Babies as young as 1 are being treated for tooth decay caused by poor dental hygiene and a bad diet, and may lose their adult teeth.
Dental crisis in children 'an epidemic', say dentists
ABU DHABI // Dentists are treating babies as young as one year old in an epidemic of tooth decay caused by poor dental hygiene and bad diet.
Practitioners now fear that children are in danger of losing their permanent teeth, which begin developing when a child is 6.
"We call it 'baby bottle syndrome', which is when the children have been given sweet milk at night in their bottle. The front teeth just dissolve or are in really bad shape," said Dr Asmat Lone, a dentist in the capital.
"But we are more worried about decay in children's permanent teeth. These teeth are going to be with them for the rest of their lives, so if a child who is 6 or 7 has permanent damage to their molars, it is going to be a disaster.
"Normally, the young ones come to the dentist when they are in pain, and by that time it is too late," Dr Lone said.
"The decay has already reached the nerve. This is why I suggest kids go to the dentist once every six months, or to the school dentist."
A survey last summer of nearly 26,000 schoolchildren in Abu Dhabi, Al Ain and Al Gharbia by Seha, the Abu Dhabi health services company, revealed that two-thirds had tooth decay.
Dr Smitha Ninan, who runs the Taj Dental Centre, said education should begin long before children start school. "A very important factor is that most parents ignore routine dental visits."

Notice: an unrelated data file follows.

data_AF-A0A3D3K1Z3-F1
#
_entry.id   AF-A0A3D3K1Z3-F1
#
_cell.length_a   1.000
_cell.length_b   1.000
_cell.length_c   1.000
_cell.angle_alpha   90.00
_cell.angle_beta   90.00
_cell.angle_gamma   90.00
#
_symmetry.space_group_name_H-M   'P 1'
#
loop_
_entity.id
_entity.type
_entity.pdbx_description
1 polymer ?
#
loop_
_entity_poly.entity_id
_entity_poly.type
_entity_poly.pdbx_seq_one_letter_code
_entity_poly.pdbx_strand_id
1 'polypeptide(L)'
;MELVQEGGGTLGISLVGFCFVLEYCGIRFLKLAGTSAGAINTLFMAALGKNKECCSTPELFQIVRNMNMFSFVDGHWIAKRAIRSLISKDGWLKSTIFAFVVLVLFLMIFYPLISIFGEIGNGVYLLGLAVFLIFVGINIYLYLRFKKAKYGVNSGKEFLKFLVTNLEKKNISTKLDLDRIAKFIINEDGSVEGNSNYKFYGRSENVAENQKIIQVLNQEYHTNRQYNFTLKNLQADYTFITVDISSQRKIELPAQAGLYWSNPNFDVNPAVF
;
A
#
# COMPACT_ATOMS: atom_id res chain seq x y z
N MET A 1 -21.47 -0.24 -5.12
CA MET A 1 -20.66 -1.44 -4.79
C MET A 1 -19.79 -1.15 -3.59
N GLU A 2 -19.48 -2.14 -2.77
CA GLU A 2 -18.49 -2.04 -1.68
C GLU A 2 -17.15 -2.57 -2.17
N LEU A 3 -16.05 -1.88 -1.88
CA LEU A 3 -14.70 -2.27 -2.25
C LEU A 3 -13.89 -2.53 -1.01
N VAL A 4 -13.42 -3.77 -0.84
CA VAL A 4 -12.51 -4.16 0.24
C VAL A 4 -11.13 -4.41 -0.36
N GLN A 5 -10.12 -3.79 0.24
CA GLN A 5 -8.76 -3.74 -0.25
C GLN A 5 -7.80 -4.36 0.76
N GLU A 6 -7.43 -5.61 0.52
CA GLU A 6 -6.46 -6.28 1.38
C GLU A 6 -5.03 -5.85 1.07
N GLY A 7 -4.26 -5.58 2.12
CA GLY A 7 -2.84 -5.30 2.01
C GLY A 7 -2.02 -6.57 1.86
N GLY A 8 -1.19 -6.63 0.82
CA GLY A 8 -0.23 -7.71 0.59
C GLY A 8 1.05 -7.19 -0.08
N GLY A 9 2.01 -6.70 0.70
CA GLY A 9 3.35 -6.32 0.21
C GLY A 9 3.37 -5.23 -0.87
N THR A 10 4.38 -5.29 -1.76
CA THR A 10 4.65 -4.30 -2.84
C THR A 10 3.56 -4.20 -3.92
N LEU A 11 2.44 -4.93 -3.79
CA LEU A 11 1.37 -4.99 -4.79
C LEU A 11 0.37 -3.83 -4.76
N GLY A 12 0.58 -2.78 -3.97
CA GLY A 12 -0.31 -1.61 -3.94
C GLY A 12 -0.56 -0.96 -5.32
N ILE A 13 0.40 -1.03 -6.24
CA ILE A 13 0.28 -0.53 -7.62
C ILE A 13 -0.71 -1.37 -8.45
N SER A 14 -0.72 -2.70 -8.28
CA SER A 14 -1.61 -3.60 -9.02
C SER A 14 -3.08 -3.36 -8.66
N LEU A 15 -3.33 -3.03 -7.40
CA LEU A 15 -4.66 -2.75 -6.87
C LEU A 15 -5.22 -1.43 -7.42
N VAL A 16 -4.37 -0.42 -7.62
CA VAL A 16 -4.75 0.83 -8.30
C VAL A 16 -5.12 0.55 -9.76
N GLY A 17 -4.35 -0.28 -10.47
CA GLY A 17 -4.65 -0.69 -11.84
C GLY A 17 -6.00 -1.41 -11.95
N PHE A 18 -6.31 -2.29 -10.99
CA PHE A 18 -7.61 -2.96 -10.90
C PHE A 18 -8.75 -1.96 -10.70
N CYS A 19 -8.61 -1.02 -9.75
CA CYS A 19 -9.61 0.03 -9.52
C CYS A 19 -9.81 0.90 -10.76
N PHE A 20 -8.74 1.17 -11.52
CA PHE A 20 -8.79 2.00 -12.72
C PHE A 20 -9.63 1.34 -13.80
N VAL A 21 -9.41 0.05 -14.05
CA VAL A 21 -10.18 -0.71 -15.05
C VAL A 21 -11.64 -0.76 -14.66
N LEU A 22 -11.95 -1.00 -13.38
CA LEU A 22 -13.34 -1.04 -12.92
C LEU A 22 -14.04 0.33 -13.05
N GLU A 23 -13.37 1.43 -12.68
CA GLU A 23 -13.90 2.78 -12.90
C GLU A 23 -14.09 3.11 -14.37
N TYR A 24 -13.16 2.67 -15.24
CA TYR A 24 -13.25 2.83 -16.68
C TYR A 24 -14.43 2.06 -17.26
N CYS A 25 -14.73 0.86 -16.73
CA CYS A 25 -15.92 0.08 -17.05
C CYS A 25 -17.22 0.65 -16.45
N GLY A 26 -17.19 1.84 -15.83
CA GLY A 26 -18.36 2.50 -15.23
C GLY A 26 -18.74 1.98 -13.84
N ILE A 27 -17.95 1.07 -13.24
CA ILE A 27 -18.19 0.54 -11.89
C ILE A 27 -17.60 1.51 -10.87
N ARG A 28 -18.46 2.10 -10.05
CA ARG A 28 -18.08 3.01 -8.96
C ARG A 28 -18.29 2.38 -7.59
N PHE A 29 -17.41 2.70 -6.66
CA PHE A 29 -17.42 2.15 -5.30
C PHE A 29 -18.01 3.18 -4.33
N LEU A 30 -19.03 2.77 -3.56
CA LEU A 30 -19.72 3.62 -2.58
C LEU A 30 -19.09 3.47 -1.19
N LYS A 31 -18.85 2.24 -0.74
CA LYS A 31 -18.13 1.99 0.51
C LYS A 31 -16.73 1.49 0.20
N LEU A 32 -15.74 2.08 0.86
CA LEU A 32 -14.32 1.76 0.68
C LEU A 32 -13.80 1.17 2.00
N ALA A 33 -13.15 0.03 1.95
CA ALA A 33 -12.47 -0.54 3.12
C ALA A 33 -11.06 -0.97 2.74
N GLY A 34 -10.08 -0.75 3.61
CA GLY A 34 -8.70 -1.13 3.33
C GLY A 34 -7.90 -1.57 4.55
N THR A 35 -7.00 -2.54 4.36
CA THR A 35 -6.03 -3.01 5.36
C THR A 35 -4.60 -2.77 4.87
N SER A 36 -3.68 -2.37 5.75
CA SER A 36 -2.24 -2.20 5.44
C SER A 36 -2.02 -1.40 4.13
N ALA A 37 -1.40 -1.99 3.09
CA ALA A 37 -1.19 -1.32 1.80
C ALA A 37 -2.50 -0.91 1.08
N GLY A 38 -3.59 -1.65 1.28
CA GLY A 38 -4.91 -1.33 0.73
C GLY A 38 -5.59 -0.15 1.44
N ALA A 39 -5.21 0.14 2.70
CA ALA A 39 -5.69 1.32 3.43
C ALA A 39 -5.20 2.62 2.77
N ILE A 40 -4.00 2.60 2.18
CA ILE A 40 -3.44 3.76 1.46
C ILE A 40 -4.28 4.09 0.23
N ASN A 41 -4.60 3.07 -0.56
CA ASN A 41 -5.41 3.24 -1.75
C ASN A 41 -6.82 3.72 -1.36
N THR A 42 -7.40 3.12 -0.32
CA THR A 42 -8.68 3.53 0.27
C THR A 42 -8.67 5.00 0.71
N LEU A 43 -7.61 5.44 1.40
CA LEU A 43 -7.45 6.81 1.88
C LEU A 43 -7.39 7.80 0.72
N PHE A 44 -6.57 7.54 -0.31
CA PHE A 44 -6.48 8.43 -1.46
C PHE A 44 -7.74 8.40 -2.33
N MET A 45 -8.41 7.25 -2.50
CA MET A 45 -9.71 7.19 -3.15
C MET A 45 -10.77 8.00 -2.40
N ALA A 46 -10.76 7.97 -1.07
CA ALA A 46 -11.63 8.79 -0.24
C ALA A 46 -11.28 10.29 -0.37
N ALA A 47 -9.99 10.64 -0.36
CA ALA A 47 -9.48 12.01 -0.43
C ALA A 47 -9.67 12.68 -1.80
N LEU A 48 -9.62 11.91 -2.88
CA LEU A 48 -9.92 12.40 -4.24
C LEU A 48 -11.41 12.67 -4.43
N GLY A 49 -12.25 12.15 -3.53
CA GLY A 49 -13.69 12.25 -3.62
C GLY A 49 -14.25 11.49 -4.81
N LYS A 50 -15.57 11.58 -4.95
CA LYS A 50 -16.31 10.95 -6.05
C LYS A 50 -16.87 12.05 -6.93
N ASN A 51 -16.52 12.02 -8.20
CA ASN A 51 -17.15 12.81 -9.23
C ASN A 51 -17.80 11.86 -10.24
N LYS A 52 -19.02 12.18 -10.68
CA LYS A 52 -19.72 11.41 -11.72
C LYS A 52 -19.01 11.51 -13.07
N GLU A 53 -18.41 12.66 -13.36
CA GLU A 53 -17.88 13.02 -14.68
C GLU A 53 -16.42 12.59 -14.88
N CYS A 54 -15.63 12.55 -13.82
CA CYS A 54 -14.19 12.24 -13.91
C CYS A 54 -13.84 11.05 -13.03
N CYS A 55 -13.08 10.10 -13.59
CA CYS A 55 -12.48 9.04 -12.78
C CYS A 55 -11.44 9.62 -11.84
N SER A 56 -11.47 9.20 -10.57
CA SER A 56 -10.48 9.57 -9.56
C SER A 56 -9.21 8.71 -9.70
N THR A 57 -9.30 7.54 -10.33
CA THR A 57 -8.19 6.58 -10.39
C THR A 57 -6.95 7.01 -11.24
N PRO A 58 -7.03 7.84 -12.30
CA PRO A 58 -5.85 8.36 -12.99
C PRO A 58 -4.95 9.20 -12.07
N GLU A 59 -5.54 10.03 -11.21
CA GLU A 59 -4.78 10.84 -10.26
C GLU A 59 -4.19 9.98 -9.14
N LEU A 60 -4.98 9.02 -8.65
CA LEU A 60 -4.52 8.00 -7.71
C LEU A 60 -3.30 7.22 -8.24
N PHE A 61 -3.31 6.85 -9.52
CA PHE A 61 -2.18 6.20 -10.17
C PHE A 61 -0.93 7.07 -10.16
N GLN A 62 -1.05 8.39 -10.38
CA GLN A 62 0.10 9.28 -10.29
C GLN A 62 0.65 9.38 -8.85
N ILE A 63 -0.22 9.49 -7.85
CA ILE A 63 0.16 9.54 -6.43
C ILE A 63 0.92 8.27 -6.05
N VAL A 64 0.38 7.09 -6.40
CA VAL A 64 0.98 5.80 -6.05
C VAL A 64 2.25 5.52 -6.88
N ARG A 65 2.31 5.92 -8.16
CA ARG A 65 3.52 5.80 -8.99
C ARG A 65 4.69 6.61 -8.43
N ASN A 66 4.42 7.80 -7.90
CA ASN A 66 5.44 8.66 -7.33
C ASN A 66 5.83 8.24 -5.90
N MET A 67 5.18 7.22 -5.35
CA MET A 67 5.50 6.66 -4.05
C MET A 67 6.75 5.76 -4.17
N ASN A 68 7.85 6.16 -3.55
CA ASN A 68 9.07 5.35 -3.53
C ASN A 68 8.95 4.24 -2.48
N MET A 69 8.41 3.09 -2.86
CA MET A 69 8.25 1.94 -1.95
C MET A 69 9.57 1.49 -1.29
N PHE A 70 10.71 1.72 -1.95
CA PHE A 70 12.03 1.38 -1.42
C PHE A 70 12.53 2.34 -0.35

Almost 90 per cent of parents bring in their children only when they are in pain, which can leave a lasting negative impression. "It wouldn't be fair to take a young child to the dentist for the first time to get a tooth pulled out," Dr Ninan said.
Proper dental hygiene needs to be introduced when children are young to prevent problems, Dr Lone said.
"Flossing is extremely important. What a brush can do, your tongue can do, but your tongue cannot go through your teeth. Only floss can go there."
Parents should give their children floss picks to make it a habit early in life, and they should be taught a proper brushing technique.
Schools, families and health authorities must all work together to remedy the problem, said Dr Adil Hamed Alani, an endodontist at Tawam Hospital's dental centre.
"Most people here depend on their dentist. This is a bad thing."
Dr Ninan suggested environmental factors were also an issue. "In the Northern Emirates the water has a fluoride level which is slightly on the high side," she said. Ingesting too much fluoride at a young age can lead to a weakening of the enamel, discolouration and, eventually, tooth decay.
More dental hygienists and education specialists are also needed, doctors said. In addition, parents should control what food and drink their children consume.
"When I talk with parents, they say they cannot control their children, but I feel that this is not an excuse," Dr Alani said.
Dr Ninan agreed that a poor diet was detrimental to tooth health. "Kids are so absorbed with having refined food so basically no chewing is happening," she said.
Dr Lone said although it might be difficult for some parents to completely ban unhealthy food and drink, teaching the basics of brushing would go some way to reversing the situation. But people should not assume that the correct amount of brushing and flossing would undo the effects of an unhealthy diet.
"Sweets and crisps are all carbohydrates, and carbohydrates will lower the pH of saliva. Once the pH of saliva is lowered, more acid will be created in your mouth, and this acid is going to dissolve your tooth."
Abu Dhabi Education Council has made strides to prevent children from eating unhealthy food, issuing new guidelines for school canteens several months ago.
Schools "have a health service", Dr Lone said. "They should strengthen this service and try to get to every child. This would be a real investment for the future."